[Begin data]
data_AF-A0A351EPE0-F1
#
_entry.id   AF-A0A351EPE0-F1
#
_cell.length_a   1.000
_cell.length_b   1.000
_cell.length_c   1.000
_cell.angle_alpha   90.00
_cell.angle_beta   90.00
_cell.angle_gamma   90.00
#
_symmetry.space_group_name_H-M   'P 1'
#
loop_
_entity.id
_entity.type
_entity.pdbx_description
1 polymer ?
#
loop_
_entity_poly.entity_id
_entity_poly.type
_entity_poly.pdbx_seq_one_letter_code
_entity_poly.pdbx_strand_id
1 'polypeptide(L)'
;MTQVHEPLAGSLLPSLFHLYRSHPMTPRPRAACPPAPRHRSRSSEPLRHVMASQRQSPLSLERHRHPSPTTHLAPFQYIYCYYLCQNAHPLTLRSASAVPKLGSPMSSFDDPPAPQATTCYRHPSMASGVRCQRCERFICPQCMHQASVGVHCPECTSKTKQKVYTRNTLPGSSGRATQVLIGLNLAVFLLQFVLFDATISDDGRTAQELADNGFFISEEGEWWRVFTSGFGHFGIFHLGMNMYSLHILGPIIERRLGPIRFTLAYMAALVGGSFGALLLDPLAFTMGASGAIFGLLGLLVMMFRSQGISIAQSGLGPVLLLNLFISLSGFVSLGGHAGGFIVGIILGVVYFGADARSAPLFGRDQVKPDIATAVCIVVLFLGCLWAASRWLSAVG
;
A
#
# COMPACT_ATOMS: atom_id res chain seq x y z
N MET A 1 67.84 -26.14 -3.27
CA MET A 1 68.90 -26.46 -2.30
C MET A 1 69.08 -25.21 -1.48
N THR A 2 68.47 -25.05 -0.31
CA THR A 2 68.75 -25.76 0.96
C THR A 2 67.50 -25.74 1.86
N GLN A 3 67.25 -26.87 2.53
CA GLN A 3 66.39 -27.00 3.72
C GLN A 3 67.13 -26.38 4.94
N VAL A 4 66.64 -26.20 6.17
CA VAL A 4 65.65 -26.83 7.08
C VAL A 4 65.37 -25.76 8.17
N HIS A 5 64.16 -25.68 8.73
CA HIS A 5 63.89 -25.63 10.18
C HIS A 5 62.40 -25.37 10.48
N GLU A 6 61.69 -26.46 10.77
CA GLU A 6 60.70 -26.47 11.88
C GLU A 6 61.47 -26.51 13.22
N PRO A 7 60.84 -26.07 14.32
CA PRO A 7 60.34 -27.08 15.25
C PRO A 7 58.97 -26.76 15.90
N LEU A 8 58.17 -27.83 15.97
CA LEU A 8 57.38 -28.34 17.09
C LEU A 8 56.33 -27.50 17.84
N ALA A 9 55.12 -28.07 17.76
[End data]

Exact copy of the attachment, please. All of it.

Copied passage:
data_AF-A0A351EPE0-F1
#
_entry.id   AF-A0A351EPE0-F1
#
_cell.length_a   1.000
_cell.length_b   1.000
_cell.length_c   1.000
_cell.angle_alpha   90.00
_cell.angle_beta   90.00
_cell.angle_gamma   90.00
#
_symmetry.space_group_name_H-M   'P 1'
#
loop_
_entity.id
_entity.type
_entity.pdbx_description
1 polymer ?
#
loop_
_entity_poly.entity_id
_entity_poly.type
_entity_poly.pdbx_seq_one_letter_code
_entity_poly.pdbx_strand_id
1 'polypeptide(L)'
;MTQVHEPLAGSLLPSLFHLYRSHPMTPRPRAACPPAPRHRSRSSEPLRHVMASQRQSPLSLERHRHPSPTTHLAPFQYIYCYYLCQNAHPLTLRSASAVPKLGSPMSSFDDPPAPQATTCYRHPSMASGVRCQRCERFICPQCMHQASVGVHCPECTSKTKQKVYTRNTLPGSSGRATQVLIGLNLAVFLLQFVLFDATISDDGRTAQELADNGFFISEEGEWWRVFTSGFGHFGIFHLGMNMYSLHILGPIIERRLGPIRFTLAYMAALVGGSFGALLLDPLAFTMGASGAIFGLLGLLVMMFRSQGISIAQSGLGPVLLLNLFISLSGFVSLGGHAGGFIVGIILGVVYFGADARSAPLFGRDQVKPDIATAVCIVVLFLGCLWAASRWLSAVG
;
A
#
# COMPACT_ATOMS: atom_id res chain seq x y z
N MET A 1 67.84 -26.14 -3.27
CA MET A 1 68.90 -26.46 -2.30
C MET A 1 69.08 -25.21 -1.48
N THR A 2 68.47 -25.05 -0.31
CA THR A 2 68.75 -25.76 0.96
C THR A 2 67.50 -25.74 1.86
N GLN A 3 67.25 -26.87 2.53
CA GLN A 3 66.39 -27.00 3.72
C GLN A 3 67.13 -26.38 4.94
N VAL A 4 66.64 -26.20 6.17
CA VAL A 4 65.65 -26.83 7.08
C VAL A 4 65.37 -25.76 8.17
N HIS A 5 64.16 -25.68 8.73
CA HIS A 5 63.89 -25.63 10.18
C HIS A 5 62.40 -25.37 10.48
N GLU A 6 61.69 -26.46 10.77
CA GLU A 6 60.70 -26.47 11.88
C GLU A 6 61.47 -26.51 13.22
N PRO A 7 60.84 -26.07 14.32
CA PRO A 7 60.34 -27.08 15.25
C PRO A 7 58.97 -26.76 15.90
N LEU A 8 58.17 -27.83 15.97
CA LEU A 8 57.38 -28.34 17.09
C LEU A 8 56.33 -27.50 17.84
N ALA A 9 55.12 -28.07 17.76